I would never want to feel that we did something to dilute the power of the first two Loopholes. I would want it to be just as strong if we did do it again. I think that all of our attention right now, or all my intention, is really focused on getting it documented, because I agree with you, there's a whole community of people out there that I realize my work will only reach if there are books. Videos and even my exhibitions aren't necessarily going to reach what I think is a significant part of my audience. So I'm thinking about making some books and maybe taking charge of a little bit of the language around the work and the way it's described.
Laura: Think that’s really wise and also incredibly important. We all have books on our shelves that we go to all the time; plus, it provides a different valence to the work as well. Of course, there was something ineffable in the air, the energy of the space, that is just not transferable to a book form. But that doesn’t mean a book couldn’t provide a totally different valence of meaning to the project. Looking at a series of texts and images and seeing them as potential (or actual) conversations that are happening side by side one another. There were incredible coincidences of language and histories told and conversations had between all of these amazing people at Loophole that I’d like to revisit in a material book.
I have one more question, and it goes back, Simone, to something that we talked about a while back. It was your mic drop moment at the 2015 Creative Time Summit, also in Venice, when you said, “We may need to go back underground.” Can you speak to your thinking and feelings then and what the relationship between that moment and being back in Venice for Loophole and Sovereignty?
Simone: I'm just thinking back that I was there at Creative Time without Rashida to talk about the Free People's Medical Clinic (FPMC). Now, why wasn't Rashida there? That's a really good example of the kind of erasure that she and I have had to endure our whole careers, and that I've witnessed happening to so many others. I was talking about going underground as something that I had realized that was specifically important in African American traditions of resistance. During the process of creating the FPMC I learned about the work of the United Order of Tents. They have worked mostly in secret for over 150 years. Also several people engaged in bible study were gunned down in Mother Emmanuel church while we were organizing FPMC. After Nat Turner’s rebellion, that same church went underground and met in secret for 35 years after Black churches were banned in 1834. Working underground is an essential tool. I tried to reenact this work at New Museum with “Home Economics,” wherein a group of girls studied herbalism, feminism, and Taiko drumming while the museum was closed. Aimee Meredith Cox worked with me on this project. I didn’t allow photography because I see it as a form of surveillance. I wasn't even really thinking about maroonage and other diaspora traditions of hiding or hiding in plain sight. The strategy of less visibility, I thought, could be helpful in a field where creating more visibility was always a goal. It was more of an intellectual historical offering. Now that you mention it. The point of view of Harriet Jacobs’s loophole of retreat is also underground.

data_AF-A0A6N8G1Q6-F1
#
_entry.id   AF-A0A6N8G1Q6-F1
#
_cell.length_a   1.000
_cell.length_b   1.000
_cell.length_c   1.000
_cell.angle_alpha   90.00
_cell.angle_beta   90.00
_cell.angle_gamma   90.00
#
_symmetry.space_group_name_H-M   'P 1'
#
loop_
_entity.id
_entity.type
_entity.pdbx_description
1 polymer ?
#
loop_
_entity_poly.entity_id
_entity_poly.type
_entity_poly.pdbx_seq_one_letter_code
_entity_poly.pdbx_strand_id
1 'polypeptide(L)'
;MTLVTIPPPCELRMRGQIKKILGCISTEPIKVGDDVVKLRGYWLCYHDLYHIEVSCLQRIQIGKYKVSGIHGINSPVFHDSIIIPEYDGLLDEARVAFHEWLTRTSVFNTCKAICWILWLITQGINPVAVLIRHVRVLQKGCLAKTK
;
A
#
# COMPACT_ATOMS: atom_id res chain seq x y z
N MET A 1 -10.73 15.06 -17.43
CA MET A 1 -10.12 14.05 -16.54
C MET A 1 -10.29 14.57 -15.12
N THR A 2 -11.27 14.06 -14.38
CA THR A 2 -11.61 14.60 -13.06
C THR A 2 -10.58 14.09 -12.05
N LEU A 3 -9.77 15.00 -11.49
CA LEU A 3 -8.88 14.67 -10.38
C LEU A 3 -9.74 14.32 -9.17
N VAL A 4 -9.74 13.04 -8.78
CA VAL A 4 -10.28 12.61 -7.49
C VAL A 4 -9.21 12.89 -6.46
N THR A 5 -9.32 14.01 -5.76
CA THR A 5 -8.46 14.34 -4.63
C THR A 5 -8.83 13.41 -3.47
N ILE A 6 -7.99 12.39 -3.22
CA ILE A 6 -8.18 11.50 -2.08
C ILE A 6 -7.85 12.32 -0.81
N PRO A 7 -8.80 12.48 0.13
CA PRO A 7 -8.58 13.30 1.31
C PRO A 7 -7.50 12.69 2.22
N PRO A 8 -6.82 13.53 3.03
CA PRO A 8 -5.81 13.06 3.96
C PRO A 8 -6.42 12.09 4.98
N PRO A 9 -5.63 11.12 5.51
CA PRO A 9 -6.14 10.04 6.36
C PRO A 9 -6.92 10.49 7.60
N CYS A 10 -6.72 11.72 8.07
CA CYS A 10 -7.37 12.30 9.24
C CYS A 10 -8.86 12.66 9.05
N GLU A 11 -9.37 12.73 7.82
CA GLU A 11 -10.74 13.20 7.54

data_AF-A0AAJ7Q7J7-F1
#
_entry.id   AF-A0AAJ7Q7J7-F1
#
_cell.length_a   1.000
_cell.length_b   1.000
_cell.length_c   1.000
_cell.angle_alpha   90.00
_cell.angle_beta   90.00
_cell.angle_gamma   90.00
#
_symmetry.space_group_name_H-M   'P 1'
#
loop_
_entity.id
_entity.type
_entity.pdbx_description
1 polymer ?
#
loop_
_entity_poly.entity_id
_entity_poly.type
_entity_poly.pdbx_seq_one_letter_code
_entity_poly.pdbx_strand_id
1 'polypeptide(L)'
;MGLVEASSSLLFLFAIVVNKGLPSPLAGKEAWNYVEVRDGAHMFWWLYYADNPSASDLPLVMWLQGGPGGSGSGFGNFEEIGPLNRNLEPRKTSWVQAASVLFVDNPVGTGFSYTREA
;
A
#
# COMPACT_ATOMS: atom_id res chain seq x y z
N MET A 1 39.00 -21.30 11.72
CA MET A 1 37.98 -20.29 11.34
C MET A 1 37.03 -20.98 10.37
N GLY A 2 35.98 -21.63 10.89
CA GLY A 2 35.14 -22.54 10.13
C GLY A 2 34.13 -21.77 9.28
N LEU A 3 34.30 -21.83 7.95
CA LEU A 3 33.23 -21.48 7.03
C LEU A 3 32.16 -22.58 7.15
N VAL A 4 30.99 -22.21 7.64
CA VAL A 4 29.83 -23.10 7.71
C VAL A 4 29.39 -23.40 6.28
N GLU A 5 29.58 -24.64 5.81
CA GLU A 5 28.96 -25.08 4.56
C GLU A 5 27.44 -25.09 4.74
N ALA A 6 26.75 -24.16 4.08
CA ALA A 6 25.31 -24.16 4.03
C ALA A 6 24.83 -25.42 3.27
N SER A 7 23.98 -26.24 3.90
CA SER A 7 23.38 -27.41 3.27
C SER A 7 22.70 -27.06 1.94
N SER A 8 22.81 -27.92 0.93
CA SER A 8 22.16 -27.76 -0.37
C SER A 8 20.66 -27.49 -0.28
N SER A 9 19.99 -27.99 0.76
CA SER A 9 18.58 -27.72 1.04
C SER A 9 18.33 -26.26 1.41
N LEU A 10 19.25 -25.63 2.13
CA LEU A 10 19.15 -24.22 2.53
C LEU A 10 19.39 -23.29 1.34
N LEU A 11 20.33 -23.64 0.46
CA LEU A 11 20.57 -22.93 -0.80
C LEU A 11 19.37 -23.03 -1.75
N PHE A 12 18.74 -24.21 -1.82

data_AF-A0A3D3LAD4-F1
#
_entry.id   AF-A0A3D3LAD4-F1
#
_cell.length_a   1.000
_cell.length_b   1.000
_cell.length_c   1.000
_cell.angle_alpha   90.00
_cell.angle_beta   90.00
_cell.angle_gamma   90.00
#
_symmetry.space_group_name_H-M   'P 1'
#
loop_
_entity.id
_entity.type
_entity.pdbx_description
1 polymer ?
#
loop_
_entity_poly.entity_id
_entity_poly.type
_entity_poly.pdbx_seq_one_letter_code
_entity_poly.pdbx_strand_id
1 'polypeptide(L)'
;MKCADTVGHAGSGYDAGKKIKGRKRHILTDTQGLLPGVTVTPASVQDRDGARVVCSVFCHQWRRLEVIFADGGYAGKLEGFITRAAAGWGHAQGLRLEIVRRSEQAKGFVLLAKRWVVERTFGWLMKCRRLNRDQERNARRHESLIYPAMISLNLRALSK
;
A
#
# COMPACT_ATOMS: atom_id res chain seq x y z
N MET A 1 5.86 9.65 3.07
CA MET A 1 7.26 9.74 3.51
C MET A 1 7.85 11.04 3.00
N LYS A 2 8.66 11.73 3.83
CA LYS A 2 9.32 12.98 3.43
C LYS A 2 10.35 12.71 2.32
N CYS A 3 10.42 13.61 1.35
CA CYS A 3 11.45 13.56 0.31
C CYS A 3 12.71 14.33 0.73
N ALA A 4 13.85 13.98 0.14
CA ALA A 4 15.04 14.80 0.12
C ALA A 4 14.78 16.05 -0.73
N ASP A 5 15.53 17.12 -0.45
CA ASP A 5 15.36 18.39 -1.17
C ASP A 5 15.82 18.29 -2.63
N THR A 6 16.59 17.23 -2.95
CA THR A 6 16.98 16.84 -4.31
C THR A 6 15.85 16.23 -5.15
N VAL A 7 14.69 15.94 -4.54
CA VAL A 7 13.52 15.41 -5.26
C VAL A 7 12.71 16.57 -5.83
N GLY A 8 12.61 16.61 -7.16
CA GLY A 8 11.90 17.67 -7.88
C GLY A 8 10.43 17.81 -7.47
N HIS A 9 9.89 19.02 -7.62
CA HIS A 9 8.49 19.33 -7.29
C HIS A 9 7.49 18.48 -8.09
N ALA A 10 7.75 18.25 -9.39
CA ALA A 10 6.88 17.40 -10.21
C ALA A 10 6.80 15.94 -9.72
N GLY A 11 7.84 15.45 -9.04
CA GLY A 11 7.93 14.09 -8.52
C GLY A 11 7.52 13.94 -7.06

You know, the thing I’m really proud of is something that Rashida and I have done together over the last 20 years. We’ve shown that there’s no need for gatekeeping. We have opened the doors wider, and everyone became more powerful. We didn’t lose anything with those gestures. And this is a way we can move through the world, the art world, ethically. You don’t have to compromise on your core ethics to become successful. And I’m really proud that we’ve become successful on our own terms.